Just outside the national capital, the first unit of the new 1,500 MW gas-based Bawana power plant is ready to generate electricity, but is forced to idle away. Reason: the Delhi government-owned Pragati Power Corporation Ltd, which is to run the plant, has failed to arrange the gas needed to operationalise the first of the two 750 MW units.
But the irony of a brand new plant, built at a cost of Rs 4,500 crore, lying idle for want of fuel at a time when states in the region such as Uttar Pradesh, Haryana and Punjab are struggling to meet peak-summer demand, is not lost on anyone. "It's nothing short of a crime that a fully-ready unit is lying idle when states are crying for power and industrial units are burning diesel to run captive units," said an official with the Central Electricity Authority, the statutory policy-making arm of the Power Ministry.
The Bawana power station is not alone. Across the country, a number of brand new projects, all of which formed part of the grandiose 54,000 MW record capacity addition that was added, at least on paper, in the last five years (Eleventh Plan spanning 2007-12), are not generating power for want of fuel - both coal and gas.
In Haryana, the 1,500 MW Indira Gandhi Super Thermal Power Project set up by NTPC Ltd in partnership with Haryana and Delhi, is generating way below capacity as there is little coal.
There are others - Lanco's 1,200 MW Anapara C and Reliance Power's 1,200 MW Rosa in Uttar Pradesh, along with NTPC's Kayamkulam project in Kerala, all of which are simply languishing for want of fuel. In fact, NTPC, the country's largest generator, is barely able to operate about 26,000 MW of its installed capacity of 32,000 MW due to continuing fuel shortages.
But fuel is just one of the problems. The all-pervasive fuel shortage threatens to derail upcoming projects, spooking private developers and investors. Add to this a distribution sector that is haemorrhaging cash, a widening demand-supply gap, a flagging reforms agenda, and missed generation capacity addition targets.
While some states such as Delhi and Punjab, having pushed through tariff hikes, are in a position to tie-up power from the short-term market and offer it to consumers, those such as Uttar Pradesh and Andhra Pradesh, which have continued to drag their feet on increasing consumer tariffs, are now simply not able to buy power from the market to plug the shortages.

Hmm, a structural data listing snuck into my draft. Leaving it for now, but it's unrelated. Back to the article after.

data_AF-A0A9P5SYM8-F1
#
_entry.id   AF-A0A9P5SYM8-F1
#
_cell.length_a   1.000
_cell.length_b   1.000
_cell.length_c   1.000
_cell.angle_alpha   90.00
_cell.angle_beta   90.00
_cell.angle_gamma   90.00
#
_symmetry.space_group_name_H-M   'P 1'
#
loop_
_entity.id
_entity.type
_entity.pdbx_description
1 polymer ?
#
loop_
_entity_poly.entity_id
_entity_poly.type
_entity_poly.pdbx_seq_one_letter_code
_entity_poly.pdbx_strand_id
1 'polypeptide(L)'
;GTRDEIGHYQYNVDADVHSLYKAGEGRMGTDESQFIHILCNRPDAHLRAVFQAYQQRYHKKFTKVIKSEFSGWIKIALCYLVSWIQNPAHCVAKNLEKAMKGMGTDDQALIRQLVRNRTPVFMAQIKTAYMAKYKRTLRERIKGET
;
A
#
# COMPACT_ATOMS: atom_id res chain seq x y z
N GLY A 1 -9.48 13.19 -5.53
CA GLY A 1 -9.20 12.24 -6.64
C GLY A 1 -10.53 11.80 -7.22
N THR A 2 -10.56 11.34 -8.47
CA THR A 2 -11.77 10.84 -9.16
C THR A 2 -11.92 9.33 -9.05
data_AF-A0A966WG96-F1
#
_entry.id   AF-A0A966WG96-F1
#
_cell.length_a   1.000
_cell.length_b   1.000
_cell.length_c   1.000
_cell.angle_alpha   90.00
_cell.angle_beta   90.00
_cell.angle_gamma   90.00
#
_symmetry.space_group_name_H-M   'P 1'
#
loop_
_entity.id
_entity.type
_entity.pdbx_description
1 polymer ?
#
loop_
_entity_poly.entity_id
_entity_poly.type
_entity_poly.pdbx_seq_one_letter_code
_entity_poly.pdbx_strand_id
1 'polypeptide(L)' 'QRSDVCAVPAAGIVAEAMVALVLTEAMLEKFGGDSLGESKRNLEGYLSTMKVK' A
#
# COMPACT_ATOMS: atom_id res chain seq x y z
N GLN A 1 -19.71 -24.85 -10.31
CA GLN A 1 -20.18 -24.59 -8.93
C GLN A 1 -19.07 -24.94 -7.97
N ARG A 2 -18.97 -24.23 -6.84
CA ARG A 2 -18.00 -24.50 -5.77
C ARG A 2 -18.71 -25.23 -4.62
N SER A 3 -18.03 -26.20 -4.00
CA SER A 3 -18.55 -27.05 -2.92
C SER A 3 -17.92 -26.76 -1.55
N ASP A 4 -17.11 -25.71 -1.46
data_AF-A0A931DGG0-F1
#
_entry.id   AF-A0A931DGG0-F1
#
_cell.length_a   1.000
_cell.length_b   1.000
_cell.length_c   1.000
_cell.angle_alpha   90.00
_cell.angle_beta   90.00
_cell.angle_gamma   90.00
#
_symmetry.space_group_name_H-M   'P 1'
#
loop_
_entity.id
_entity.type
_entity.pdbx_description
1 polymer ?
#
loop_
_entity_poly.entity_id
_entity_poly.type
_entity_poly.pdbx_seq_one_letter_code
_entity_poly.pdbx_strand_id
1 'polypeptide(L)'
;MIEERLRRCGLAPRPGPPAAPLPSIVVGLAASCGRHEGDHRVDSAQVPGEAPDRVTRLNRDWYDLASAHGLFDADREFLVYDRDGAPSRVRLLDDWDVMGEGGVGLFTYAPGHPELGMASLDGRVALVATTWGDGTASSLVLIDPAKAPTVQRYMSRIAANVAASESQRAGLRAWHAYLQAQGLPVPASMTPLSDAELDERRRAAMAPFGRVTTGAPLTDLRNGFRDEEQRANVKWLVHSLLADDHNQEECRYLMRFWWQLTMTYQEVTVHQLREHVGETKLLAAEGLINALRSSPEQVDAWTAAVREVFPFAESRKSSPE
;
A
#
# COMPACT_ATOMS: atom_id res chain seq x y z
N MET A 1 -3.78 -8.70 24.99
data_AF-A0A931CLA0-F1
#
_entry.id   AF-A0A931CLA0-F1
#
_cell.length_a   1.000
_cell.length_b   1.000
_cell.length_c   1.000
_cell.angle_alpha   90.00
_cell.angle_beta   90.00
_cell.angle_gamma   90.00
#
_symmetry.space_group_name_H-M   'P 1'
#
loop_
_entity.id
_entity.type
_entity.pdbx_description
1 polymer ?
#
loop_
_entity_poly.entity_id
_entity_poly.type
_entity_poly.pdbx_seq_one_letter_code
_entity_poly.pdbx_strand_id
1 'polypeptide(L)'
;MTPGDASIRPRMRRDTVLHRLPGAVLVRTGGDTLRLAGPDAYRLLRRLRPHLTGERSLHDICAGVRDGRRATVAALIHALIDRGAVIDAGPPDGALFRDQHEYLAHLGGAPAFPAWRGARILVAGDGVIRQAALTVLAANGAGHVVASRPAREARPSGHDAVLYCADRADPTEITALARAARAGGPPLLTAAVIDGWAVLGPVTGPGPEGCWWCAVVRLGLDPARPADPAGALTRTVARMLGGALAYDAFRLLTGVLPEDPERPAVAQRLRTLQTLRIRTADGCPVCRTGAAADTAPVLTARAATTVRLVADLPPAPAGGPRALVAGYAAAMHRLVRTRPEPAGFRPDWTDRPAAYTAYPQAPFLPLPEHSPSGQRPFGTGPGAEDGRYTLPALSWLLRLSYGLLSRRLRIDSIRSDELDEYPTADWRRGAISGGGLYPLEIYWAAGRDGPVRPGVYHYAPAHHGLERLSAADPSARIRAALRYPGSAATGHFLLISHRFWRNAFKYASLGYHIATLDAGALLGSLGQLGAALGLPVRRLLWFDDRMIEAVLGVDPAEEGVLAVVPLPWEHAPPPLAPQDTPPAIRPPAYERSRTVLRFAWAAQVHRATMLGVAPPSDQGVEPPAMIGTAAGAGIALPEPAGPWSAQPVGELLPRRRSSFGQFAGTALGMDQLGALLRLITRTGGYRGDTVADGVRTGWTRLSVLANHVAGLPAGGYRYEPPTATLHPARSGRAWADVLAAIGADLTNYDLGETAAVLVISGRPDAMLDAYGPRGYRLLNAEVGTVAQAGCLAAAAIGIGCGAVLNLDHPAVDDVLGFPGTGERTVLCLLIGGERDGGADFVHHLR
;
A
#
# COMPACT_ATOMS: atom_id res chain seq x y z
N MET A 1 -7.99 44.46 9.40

"Tariffs are simply not remunerative enough for distribution utilities to buy power from the market. They, instead, prefer shedding load as every unit of power sold only adds to the loss," an official from Uttar Pradesh said. This is reflected adequately in the fact that despite widespread shortages, the spot power price in the day-ahead market on the two operational power exchanges was hovering around Rs 3 a unit during much of last week. At least six of these states have declared power holidays and another eight have load-shedding plans lined up.
This at a time when industrial consumers, who are hardest hit by the shortages, are relying almost entirely on captive units to generate electricity at upwards of Rs 10 a unit. Little surprise then that industrial units, especially from states struggling with supply shortages, such as Punjab and Tamil Nadu, are increasingly turning to the bourses to buy spot power.
The widespread shortages in different states, captured by The Indian Express in reports from across the country, shows that electricity continues to be in short-supply, the record capacity addition claimed in the last five years notwithstanding. The biggest irony of it all is that 2012 was designated as the government's 'power for all' target year. The goal, though, clearly remains a distant pipedream.
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